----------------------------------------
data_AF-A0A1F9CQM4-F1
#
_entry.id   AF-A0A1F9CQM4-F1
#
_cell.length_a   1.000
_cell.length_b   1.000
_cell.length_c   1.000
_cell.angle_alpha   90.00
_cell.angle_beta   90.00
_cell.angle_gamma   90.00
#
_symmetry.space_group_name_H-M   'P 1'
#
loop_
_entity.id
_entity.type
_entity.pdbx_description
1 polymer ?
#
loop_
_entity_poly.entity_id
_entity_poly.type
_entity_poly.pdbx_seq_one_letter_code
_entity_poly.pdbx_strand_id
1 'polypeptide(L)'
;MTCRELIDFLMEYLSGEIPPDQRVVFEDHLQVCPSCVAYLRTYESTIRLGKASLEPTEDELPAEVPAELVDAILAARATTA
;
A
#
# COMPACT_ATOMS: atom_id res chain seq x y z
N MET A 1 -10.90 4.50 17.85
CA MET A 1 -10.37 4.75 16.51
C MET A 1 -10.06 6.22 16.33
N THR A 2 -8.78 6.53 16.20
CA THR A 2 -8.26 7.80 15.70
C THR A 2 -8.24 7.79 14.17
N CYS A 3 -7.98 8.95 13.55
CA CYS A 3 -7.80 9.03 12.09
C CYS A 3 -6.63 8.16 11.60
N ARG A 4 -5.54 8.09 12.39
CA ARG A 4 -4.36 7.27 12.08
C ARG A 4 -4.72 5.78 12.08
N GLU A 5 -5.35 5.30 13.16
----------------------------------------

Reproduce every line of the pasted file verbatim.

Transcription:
data_AF-A0A1F9CQM4-F1
#
_entry.id   AF-A0A1F9CQM4-F1
#
_cell.length_a   1.000
_cell.length_b   1.000
_cell.length_c   1.000
_cell.angle_alpha   90.00
_cell.angle_beta   90.00
_cell.angle_gamma   90.00
#
_symmetry.space_group_name_H-M   'P 1'
#
loop_
_entity.id
_entity.type
_entity.pdbx_description
1 polymer ?
#
loop_
_entity_poly.entity_id
_entity_poly.type
_entity_poly.pdbx_seq_one_letter_code
_entity_poly.pdbx_strand_id
1 'polypeptide(L)'
;MTCRELIDFLMEYLSGEIPPDQRVVFEDHLQVCPSCVAYLRTYESTIRLGKASLEPTEDELPAEVPAELVDAILAARATTA
;
A
#
# COMPACT_ATOMS: atom_id res chain seq x y z
N MET A 1 -10.90 4.50 17.85
CA MET A 1 -10.37 4.75 16.51
C MET A 1 -10.06 6.22 16.33
N THR A 2 -8.78 6.53 16.20
CA THR A 2 -8.26 7.80 15.70
C THR A 2 -8.24 7.79 14.17
N CYS A 3 -7.98 8.95 13.55
CA CYS A 3 -7.80 9.03 12.09
C CYS A 3 -6.63 8.16 11.60
N ARG A 4 -5.54 8.09 12.39
CA ARG A 4 -4.36 7.27 12.08
C ARG A 4 -4.72 5.78 12.08
N GLU A 5 -5.35 5.30 13.16